The School Bus

Nadia started her new school on Friday Sept. 1 – The Kazak-American Primary School, actually a part of the Kazak-American University. Today, Monday the 4th, was the first day on the bus. It’s really a mini van, no seat belts – no one wears them here. I reported at 5 pm to the school to accompany my child home on her first “bus day”. I can tell you it was a most successful exercise in ultimate childhood chaos.

 

It seemed the kids were ready to get on their buses and knew right where to go. The adults on the other hand were the confused ones. All the returning kids already know their driver and what the drill is. Our driver is a Kazak’s Kazak….strong facial features, almost chiseled, wiry hair and black eyes; that Mongol look that is very prevalent among men here. His name is “Ye-Es Beck” like the initials E. S. Beck and he was dedicated in seeing that every last screaming kid and every clueless, confused parent made it home safely on the first bus trip. I was not only clues less but language-handicapped. These folks mostly speak Kazak NOT Russian – not that I’m an expert Russian speaker yet but we made it through with good sign language and I wrote out my questions I needed answered BEFORE I left to join Nadia on her first school bus home.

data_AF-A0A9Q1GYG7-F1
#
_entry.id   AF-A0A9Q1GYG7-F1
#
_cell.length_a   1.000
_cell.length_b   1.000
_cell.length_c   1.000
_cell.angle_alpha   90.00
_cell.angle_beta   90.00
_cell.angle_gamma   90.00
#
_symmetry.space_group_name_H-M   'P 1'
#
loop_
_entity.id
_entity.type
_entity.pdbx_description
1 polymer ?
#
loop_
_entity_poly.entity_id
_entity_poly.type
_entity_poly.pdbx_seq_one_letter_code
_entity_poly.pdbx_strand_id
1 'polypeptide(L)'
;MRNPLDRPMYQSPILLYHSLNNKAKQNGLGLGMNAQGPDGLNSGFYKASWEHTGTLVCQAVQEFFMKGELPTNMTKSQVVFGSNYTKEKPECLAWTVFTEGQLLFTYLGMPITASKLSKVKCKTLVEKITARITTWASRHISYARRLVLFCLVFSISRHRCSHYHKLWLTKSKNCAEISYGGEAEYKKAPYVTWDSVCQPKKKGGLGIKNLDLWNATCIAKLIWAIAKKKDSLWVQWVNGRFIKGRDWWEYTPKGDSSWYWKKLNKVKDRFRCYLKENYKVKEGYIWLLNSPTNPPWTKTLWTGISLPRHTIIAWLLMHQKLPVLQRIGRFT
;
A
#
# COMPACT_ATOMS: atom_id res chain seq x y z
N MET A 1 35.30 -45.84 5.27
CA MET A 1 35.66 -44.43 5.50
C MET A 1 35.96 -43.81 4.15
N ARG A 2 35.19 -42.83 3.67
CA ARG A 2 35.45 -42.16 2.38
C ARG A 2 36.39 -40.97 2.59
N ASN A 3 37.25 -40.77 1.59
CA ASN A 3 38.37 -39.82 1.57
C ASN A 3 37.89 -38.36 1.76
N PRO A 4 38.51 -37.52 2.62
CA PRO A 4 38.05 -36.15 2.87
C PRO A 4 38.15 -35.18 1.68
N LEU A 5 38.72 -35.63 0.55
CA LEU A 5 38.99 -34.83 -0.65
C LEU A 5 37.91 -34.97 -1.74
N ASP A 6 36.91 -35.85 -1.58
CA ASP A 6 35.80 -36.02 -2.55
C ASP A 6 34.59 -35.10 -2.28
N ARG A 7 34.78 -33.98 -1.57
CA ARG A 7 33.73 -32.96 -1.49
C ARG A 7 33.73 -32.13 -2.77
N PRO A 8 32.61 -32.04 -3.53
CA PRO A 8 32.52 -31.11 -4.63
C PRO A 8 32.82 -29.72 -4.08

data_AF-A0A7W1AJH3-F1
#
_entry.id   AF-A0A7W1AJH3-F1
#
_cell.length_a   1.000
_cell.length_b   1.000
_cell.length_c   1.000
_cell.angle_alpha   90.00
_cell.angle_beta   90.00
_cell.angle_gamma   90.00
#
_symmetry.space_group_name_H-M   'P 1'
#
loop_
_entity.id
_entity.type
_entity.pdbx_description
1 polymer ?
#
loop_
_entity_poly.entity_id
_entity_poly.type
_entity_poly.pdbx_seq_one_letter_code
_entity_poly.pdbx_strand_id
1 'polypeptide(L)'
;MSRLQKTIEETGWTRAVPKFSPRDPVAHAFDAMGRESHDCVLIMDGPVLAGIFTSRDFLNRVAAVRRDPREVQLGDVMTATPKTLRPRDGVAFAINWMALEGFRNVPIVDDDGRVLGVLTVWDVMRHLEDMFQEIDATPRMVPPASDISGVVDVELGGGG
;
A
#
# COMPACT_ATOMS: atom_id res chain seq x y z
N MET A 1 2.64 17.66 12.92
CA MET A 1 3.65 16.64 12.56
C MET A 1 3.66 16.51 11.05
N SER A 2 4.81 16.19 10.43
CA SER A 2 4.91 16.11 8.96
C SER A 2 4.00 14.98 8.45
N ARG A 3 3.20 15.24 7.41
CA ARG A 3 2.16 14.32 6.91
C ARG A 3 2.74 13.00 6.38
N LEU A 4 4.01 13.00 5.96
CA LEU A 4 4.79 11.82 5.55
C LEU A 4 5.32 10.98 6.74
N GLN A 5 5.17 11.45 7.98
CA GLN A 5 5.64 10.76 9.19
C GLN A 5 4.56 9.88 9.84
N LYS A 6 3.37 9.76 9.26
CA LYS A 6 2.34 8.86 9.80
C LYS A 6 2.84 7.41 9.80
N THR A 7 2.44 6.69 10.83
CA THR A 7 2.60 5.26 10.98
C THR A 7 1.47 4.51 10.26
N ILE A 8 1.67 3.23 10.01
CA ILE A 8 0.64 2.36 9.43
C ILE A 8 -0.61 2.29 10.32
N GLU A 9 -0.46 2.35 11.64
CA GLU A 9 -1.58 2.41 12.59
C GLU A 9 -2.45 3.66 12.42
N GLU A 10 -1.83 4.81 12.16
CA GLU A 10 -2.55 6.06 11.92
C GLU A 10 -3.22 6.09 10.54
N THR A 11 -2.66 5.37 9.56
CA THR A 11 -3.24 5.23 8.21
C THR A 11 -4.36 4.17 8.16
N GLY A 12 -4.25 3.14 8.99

Nadia is a bit of an oddity as well. Most of the kids in the school already know she is American and many of them are very academic and a little envious of the fact that a 4 years old American can speak two languages AND she announced on her own in class today she was ready too learn Kazak! They are in fact starting to teach it and Nadia is ready to plunge head first into her third language.

 

I watched Nadia on the bus. She is a bright eyed child, eager to share with other kids but she is pretty laid back. She doesn’t brag or strut herself like a lot of the Kazak kids do.

 

And for comparison, here we are on the bus ride home, let talk status symbols. All the stops we made to drop kids were all gated condo communities. We on the other hand live in one of the old 9-story Soviet-designed apartment blocks built in the 1960’s or 1970’s. We live here by choice because of the location (1/2 block for Sophie to her Deloitte offices and 8 blocks for me to walk to my work) and most of all its cheap. I couldn’t be happier that there is a growing upper middle class living in gated communities in Almaty; a clear sign that the oil money is trickling down and really greasing this economy. Big cars, big new houses, everyone is working.

 

New photos of Nadia at church. She insists going to an Orthodox church every Sunday and wearing the proper head scarf like the women are supposed to and light lots of candles. She is very curious about the chanting the priests do and the iconic pictures in the Church.

 

More later.

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